I am pretty sure that I was running a pretty big caloric deficit for the week as I put up some weight loss numbers that the Biggest Loser would have been proud of.  My daily energy was not low but I did not have the punch necessary to complete quality workouts.  I am happy that I did it.  It showed me that I could be disciplined with my diet and best of all I no longer crave sugar or soda during my day.  That is a huge win.  I am back on track to attack the 2014 triathlon season.  Sometimes we need to press the reset button and this cleanse did the trick for me.

It Takes A Village

The saying “It takes a village…” can apply to sport and fitness just as much as anything else.  When I think of my multisport pursuits, yes, I end up slogging out a lot of miles on my own in the pool, on my bike, and running, but I am super fortunate to have a great network of others I can call on when I want a training partner or mentor.  Let me tell you about a few of them.

Some of my peeps, at the start of our annual
Snow to Surf relay race.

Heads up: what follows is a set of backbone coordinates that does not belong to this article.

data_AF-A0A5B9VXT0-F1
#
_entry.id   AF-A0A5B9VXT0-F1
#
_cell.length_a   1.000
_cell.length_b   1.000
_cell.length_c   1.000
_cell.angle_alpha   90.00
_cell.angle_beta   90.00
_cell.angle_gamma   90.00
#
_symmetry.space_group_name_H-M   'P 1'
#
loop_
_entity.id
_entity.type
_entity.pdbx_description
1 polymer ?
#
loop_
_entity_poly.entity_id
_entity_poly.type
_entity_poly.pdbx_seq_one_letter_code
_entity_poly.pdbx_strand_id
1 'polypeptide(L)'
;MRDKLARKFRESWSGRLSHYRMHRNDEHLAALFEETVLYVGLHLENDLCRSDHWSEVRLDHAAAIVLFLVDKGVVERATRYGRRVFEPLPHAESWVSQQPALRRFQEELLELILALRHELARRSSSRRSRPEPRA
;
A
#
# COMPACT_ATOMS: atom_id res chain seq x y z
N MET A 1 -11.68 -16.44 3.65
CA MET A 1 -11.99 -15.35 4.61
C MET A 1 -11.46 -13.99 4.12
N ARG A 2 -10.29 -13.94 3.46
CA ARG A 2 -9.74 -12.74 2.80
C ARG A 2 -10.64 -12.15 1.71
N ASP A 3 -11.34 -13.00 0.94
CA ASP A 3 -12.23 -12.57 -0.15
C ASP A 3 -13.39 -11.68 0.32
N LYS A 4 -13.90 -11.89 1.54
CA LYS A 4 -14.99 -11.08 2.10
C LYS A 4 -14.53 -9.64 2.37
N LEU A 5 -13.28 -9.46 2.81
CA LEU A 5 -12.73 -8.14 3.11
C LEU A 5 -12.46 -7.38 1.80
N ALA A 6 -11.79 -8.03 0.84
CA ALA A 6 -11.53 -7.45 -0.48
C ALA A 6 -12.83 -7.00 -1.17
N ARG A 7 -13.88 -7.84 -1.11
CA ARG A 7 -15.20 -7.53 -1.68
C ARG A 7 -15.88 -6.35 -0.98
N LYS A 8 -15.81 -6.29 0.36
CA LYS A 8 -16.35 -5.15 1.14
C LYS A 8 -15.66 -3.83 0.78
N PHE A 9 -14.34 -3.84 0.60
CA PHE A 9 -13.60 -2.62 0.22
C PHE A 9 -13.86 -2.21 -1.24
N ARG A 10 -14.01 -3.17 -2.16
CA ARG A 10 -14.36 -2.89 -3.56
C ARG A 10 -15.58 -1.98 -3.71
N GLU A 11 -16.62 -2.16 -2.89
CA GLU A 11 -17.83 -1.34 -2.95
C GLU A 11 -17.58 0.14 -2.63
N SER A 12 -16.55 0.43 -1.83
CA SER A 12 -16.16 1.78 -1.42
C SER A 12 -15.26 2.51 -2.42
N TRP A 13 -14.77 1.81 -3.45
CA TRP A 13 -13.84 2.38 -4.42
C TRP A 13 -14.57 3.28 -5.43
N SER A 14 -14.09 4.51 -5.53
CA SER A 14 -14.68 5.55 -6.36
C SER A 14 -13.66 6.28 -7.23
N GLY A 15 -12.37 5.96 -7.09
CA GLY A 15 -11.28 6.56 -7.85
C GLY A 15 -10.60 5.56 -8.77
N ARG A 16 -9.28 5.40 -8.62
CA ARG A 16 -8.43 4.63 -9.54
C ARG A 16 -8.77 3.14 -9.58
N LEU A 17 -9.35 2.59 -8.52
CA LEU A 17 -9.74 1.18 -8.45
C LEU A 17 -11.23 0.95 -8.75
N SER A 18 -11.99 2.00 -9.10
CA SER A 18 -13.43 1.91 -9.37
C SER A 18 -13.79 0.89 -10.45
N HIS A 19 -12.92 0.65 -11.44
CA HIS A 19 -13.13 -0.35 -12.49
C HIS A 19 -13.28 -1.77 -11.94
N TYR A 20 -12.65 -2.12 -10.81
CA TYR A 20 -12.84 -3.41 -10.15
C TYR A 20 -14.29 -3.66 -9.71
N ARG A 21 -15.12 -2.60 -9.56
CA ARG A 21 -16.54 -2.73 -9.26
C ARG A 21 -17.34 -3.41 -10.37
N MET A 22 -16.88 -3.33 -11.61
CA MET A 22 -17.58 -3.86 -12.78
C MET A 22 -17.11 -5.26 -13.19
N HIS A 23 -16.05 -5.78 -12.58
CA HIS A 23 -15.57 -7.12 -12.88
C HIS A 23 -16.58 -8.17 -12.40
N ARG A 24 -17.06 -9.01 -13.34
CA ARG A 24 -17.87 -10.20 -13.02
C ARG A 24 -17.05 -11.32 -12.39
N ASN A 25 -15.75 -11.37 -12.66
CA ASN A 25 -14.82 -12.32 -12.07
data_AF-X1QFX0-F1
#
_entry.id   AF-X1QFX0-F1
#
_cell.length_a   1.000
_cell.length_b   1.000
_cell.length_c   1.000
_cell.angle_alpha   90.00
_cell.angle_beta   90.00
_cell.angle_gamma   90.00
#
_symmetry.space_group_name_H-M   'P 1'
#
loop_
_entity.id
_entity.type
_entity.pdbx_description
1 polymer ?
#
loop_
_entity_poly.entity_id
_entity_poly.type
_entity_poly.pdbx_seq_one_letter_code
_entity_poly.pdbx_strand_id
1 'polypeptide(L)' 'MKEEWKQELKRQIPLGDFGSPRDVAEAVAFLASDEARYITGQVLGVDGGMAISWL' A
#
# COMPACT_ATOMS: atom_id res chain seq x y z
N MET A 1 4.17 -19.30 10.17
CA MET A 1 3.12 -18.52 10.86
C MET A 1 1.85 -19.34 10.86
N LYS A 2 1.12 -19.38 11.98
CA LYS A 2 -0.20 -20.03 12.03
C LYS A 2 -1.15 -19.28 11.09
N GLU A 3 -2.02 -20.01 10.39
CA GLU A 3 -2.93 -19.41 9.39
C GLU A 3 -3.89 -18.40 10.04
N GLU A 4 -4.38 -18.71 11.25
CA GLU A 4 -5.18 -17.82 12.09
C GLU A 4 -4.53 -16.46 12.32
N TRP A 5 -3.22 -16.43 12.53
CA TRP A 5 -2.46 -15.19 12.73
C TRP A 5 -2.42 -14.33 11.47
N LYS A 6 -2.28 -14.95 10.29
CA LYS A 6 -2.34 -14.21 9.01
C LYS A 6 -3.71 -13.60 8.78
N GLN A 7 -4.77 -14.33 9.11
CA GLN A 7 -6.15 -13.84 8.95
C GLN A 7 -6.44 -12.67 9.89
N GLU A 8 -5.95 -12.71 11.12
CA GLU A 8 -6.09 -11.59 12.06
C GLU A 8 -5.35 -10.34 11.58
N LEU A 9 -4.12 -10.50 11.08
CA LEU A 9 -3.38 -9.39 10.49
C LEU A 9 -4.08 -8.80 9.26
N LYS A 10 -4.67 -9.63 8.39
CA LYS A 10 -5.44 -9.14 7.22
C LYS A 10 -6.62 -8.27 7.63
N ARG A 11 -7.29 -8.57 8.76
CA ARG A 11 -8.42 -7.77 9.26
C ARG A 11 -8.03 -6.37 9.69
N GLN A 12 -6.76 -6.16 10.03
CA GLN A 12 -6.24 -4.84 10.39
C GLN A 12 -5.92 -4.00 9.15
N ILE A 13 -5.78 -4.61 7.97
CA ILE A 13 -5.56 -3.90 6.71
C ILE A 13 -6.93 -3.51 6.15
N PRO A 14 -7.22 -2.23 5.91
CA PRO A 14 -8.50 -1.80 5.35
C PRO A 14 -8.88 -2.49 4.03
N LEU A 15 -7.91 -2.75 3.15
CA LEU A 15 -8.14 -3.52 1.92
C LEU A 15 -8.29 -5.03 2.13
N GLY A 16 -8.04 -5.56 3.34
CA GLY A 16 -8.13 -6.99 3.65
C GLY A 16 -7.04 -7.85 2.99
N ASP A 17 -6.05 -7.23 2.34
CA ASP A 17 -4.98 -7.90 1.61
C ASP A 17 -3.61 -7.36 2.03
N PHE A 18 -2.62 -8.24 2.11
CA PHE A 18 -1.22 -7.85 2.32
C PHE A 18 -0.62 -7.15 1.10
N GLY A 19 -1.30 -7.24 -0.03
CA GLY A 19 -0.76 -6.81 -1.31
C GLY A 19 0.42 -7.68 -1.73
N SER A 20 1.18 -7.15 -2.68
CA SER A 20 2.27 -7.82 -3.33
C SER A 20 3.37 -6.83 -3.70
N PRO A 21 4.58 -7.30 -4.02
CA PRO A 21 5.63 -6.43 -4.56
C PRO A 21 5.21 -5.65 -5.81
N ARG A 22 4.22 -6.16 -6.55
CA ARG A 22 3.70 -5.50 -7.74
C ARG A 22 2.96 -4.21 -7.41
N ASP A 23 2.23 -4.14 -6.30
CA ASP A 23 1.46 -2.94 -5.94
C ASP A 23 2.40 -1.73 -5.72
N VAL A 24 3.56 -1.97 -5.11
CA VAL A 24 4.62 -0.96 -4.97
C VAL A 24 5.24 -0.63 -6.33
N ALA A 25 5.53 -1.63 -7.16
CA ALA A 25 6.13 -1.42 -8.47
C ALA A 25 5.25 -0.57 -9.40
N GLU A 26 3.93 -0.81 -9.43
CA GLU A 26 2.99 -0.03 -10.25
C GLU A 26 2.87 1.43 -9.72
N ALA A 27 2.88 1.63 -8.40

My friend Corinne.  Not only is she an absolutely incredible swimmer (an understatement, she held the swim course record at IM Canada for awhile!) and never minds giving me pointers whenever I want.  I learned to be way more efficient sighting in open water thanks to her tips.  And – she is pretty much game for anything, anytime!  A ride, a swim, a road trip, a double century, an adventure – she is in, always!

Catherine, my mountain biking partner.  She and I started mtn biking at the same time, and spent a lot of hours on the trails of Tzouhalem crashing, riding off the trails, laughing, some crying (ok, mostly me), more laughing, more crashing.  Catherine has turned into a way better mtn biker than I did (that whole consistency thing really pays off…) and she’s responsible for some grand adventures on two wheels.

Janet, on the water.  She taught me to surf years back.  I still remember practicing pop-ups in the sand while camping on the west coast here on the island.  She understands my love of the water, and how even just sitting out on a board waiting for waves can be fun.  She is a true outdoorswoman and someone I can look up to and learn from.

Kirsty.  I like to think I followed in her footsteps, as our first IM times (several years apart) were exactly the same.  She went on to take almost 5 hours off that time, while I’ve only shaved off 2.  Guess I have some more following to do!  She’s been a great friend through long training discussions and has even written a lot of training plans for me.